I would also stress that research business, per se, needs to be far more accountable. I have noticed over the last few years that research business is far more engaged in downloading the data, than in helping the client take decisions based on the data. Which is why we started with data analytics.

Moving to a specific area of interest, what are the essentials of brand building beyond logo and packaging?

To my mind the brand should have seven to eight different dimensions that should be clear to everyone involved in creation of the brand. One, there should be clarity as to who is your competition. Very often you enquire with clients about their competition, and the answer is everybody in the category, or in some cases it is unclear. If I am selling a brand of soap, every soap is my competition. Now that cannot give you a very sharp strategy. Second, clarity on the target audience is very important very often it is not a decision that is very well thought through. It tends to vary from year to year. As a result, the brand architecture remains confused.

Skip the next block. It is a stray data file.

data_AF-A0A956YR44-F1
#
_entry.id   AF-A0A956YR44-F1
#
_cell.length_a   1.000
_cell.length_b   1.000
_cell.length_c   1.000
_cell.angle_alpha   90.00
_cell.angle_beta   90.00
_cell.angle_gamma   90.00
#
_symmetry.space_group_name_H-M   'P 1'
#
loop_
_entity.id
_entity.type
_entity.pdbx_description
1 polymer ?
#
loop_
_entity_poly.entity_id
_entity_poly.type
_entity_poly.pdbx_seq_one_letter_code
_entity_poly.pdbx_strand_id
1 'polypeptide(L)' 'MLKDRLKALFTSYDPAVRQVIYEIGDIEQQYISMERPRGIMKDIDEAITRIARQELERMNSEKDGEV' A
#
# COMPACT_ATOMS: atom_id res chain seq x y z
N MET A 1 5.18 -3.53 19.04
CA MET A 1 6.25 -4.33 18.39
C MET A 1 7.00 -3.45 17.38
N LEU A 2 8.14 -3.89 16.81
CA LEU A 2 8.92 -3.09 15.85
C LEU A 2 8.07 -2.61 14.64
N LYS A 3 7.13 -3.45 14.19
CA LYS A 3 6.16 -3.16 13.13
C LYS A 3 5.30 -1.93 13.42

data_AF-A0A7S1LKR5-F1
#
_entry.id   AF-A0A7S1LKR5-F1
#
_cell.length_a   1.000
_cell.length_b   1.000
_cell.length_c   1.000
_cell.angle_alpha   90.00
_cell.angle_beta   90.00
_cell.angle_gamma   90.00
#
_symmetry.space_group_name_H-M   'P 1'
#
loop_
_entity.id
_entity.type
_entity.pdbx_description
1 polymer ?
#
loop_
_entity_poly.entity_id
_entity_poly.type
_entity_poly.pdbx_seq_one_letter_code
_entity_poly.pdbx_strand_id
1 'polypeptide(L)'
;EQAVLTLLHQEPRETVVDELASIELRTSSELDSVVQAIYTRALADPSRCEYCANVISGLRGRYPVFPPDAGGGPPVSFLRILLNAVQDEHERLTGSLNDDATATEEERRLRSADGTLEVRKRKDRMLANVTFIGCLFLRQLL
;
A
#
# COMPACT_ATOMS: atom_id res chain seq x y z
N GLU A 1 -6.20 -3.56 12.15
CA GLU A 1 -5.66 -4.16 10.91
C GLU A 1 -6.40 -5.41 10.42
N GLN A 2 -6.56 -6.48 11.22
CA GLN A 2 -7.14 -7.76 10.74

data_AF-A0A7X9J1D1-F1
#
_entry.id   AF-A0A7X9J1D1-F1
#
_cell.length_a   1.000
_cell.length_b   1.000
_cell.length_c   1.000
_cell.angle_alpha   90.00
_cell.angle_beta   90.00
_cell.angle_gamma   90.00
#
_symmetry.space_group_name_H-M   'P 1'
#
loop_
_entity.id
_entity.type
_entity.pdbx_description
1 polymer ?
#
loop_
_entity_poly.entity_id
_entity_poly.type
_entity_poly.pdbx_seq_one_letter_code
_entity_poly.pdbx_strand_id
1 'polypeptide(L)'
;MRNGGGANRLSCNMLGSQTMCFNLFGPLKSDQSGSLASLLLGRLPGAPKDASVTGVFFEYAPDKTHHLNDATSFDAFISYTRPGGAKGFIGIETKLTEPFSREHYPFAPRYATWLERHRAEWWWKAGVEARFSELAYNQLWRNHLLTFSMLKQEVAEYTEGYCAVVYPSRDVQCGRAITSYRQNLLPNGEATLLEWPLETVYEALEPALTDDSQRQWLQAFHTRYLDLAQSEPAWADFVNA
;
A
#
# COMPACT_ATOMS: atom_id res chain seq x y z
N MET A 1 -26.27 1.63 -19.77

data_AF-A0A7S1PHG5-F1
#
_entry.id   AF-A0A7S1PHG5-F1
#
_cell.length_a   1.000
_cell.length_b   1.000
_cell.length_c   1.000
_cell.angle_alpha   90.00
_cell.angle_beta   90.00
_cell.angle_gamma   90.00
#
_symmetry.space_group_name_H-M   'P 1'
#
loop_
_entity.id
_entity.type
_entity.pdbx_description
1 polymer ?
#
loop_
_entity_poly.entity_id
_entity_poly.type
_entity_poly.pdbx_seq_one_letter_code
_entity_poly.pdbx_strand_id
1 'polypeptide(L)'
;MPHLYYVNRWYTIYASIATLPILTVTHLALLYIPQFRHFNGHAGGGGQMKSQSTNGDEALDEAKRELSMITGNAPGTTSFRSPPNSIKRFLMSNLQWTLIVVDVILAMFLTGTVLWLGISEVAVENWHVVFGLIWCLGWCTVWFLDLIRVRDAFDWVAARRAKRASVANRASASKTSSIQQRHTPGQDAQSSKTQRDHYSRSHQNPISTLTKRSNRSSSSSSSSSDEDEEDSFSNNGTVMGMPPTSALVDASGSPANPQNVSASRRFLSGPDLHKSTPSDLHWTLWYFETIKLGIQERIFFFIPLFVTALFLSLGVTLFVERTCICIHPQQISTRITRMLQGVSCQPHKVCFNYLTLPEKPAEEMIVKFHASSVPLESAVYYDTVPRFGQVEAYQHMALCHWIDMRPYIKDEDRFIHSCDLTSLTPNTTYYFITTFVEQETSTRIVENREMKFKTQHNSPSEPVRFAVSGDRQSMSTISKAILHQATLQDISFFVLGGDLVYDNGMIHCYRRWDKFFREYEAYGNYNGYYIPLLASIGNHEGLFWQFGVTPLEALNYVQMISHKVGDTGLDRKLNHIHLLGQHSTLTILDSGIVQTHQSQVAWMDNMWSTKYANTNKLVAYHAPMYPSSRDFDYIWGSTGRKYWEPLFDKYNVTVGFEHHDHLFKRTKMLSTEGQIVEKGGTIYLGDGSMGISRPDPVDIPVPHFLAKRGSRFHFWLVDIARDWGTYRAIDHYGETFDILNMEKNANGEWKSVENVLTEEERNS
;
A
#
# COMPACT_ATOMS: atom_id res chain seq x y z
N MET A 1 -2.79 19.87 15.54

The core insight about the consumer that we leverage into a brand is usually the most difficult one to decide. Very often there is no effort to define it. If you look at Google, the search engine, they said that people don’t want clutter they want information in a clutter-free way. So they want for a strategy where they didn’t want a landing page so it is insight that drove the strategy. Very often it is the most difficult thing to know, but it is a must for the structuring of the brand.